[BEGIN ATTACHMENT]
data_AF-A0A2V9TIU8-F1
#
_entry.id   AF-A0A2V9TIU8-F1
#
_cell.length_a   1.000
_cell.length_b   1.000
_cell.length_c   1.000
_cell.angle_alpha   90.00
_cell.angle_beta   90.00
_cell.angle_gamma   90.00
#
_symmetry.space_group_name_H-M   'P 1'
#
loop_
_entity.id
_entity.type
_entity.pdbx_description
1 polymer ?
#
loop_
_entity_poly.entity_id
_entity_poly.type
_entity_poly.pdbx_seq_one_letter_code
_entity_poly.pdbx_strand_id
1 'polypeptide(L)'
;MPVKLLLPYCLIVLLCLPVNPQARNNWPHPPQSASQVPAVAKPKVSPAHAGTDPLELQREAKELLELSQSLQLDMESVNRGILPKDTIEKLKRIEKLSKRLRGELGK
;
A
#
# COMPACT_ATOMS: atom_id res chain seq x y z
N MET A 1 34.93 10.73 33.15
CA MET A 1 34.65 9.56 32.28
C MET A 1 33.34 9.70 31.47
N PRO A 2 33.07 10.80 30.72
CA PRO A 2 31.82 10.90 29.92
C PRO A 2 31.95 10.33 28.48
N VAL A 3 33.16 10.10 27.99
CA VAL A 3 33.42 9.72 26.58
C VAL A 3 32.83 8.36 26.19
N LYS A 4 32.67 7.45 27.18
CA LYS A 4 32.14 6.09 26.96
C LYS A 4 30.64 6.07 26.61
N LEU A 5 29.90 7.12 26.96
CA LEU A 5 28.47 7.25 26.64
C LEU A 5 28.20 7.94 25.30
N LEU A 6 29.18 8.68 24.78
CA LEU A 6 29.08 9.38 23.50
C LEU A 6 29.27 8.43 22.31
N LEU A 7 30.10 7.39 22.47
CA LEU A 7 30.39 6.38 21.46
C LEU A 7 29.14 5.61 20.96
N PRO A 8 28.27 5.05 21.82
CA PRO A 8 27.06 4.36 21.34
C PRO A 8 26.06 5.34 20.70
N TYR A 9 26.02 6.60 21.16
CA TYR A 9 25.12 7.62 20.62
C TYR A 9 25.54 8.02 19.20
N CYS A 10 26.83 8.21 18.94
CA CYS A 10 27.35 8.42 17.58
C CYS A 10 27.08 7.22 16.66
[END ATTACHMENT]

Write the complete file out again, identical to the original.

data_AF-A0A2V9TIU8-F1
#
_entry.id   AF-A0A2V9TIU8-F1
#
_cell.length_a   1.000
_cell.length_b   1.000
_cell.length_c   1.000
_cell.angle_alpha   90.00
_cell.angle_beta   90.00
_cell.angle_gamma   90.00
#
_symmetry.space_group_name_H-M   'P 1'
#
loop_
_entity.id
_entity.type
_entity.pdbx_description
1 polymer ?
#
loop_
_entity_poly.entity_id
_entity_poly.type
_entity_poly.pdbx_seq_one_letter_code
_entity_poly.pdbx_strand_id
1 'polypeptide(L)'
;MPVKLLLPYCLIVLLCLPVNPQARNNWPHPPQSASQVPAVAKPKVSPAHAGTDPLELQREAKELLELSQSLQLDMESVNRGILPKDTIEKLKRIEKLSKRLRGELGK
;
A
#
# COMPACT_ATOMS: atom_id res chain seq x y z
N MET A 1 34.93 10.73 33.15
CA MET A 1 34.65 9.56 32.28
C MET A 1 33.34 9.70 31.47
N PRO A 2 33.07 10.80 30.72
CA PRO A 2 31.82 10.90 29.92
C PRO A 2 31.95 10.33 28.48
N VAL A 3 33.16 10.10 27.99
CA VAL A 3 33.42 9.72 26.58
C VAL A 3 32.83 8.36 26.19
N LYS A 4 32.67 7.45 27.18
CA LYS A 4 32.14 6.09 26.96
C LYS A 4 30.64 6.07 26.61
N LEU A 5 29.90 7.12 26.96
CA LEU A 5 28.47 7.25 26.64
C LEU A 5 28.20 7.94 25.30
N LEU A 6 29.18 8.68 24.78
CA LEU A 6 29.08 9.38 23.50
C LEU A 6 29.27 8.43 22.31
N LEU A 7 30.10 7.39 22.47
CA LEU A 7 30.39 6.38 21.46
C LEU A 7 29.14 5.61 20.96
N PRO A 8 28.27 5.05 21.82
CA PRO A 8 27.06 4.36 21.34
C PRO A 8 26.06 5.34 20.70
N TYR A 9 26.02 6.60 21.16
CA TYR A 9 25.12 7.62 20.62
C TYR A 9 25.54 8.02 19.20
N CYS A 10 26.83 8.21 18.94
CA CYS A 10 27.35 8.42 17.58
C CYS A 10 27.08 7.22 16.66